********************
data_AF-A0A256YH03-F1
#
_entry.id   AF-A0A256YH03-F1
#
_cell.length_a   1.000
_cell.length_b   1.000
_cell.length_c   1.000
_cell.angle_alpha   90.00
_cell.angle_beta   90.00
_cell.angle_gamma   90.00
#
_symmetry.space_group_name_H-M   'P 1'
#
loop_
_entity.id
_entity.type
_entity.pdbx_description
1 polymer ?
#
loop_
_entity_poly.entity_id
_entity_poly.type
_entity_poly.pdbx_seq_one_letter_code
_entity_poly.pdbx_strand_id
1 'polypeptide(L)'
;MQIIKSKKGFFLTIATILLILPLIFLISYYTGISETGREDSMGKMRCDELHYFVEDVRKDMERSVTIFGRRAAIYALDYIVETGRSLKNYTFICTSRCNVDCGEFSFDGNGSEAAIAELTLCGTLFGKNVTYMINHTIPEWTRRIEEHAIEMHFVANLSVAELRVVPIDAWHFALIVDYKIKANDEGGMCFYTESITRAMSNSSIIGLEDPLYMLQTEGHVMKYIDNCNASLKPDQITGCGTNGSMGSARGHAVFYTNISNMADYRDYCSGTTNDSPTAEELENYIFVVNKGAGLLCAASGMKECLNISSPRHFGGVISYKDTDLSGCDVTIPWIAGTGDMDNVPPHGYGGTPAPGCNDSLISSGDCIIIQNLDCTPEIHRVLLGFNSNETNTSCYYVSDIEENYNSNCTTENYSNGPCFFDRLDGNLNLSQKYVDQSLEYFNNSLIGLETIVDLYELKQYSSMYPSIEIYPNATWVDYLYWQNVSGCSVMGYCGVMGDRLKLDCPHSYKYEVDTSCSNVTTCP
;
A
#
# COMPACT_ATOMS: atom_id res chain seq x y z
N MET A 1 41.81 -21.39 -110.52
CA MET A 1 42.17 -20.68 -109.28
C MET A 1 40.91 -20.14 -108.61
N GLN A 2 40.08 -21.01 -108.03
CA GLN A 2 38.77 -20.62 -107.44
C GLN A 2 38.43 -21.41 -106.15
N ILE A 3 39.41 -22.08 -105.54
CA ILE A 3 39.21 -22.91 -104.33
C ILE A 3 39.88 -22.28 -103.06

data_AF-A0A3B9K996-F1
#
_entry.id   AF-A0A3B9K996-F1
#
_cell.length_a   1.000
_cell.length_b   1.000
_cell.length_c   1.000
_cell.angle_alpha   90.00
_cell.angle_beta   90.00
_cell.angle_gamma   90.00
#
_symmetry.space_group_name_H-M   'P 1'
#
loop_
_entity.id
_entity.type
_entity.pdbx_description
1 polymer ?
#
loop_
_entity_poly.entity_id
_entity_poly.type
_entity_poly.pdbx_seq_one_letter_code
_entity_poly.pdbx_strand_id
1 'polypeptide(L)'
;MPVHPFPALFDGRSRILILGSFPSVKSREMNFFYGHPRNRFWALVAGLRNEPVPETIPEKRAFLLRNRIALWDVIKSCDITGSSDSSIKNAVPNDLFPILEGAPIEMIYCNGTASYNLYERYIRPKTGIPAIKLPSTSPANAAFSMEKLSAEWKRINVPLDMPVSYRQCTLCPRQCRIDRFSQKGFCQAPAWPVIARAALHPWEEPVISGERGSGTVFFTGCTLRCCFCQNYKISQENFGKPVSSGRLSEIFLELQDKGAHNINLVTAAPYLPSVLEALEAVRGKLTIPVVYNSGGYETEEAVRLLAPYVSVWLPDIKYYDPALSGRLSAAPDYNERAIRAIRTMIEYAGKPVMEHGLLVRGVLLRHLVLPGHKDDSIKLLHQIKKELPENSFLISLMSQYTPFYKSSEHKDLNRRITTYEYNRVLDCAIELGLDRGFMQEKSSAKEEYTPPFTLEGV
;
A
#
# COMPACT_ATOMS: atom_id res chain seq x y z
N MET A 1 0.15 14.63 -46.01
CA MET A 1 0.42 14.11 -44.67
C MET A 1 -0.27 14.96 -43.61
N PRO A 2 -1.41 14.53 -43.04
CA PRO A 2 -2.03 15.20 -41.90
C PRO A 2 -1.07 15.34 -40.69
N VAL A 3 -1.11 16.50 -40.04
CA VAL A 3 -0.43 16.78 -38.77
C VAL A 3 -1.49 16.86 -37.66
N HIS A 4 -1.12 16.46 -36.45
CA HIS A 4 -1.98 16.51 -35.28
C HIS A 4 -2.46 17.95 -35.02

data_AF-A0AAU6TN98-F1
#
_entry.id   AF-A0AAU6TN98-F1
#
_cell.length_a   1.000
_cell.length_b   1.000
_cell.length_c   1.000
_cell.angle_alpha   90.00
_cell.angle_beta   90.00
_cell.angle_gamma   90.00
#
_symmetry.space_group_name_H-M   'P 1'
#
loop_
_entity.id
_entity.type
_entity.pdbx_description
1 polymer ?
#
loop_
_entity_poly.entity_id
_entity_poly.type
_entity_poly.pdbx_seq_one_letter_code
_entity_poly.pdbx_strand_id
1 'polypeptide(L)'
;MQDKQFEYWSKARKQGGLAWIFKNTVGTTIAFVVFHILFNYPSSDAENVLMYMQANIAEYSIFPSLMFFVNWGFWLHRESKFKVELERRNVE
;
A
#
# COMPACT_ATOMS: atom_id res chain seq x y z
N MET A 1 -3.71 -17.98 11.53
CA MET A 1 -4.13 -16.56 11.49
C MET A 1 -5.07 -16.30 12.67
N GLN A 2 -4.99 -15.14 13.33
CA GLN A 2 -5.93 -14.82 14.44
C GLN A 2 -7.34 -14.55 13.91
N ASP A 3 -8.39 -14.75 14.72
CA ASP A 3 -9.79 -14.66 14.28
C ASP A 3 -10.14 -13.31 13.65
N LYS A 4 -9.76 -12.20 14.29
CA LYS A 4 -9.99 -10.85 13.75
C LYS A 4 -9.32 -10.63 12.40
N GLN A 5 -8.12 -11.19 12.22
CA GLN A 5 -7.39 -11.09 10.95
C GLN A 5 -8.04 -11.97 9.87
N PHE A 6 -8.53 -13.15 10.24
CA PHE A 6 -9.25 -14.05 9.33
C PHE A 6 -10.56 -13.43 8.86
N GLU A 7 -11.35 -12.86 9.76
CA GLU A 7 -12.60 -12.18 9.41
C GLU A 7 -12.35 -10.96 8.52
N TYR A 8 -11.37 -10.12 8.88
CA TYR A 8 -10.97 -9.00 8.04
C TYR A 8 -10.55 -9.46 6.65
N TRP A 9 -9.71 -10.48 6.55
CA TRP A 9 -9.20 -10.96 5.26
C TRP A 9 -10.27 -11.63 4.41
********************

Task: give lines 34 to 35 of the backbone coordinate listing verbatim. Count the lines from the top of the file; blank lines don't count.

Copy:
N GLN A 2 40.08 -21.01 -108.03
CA GLN A 2 38.77 -20.62 -107.44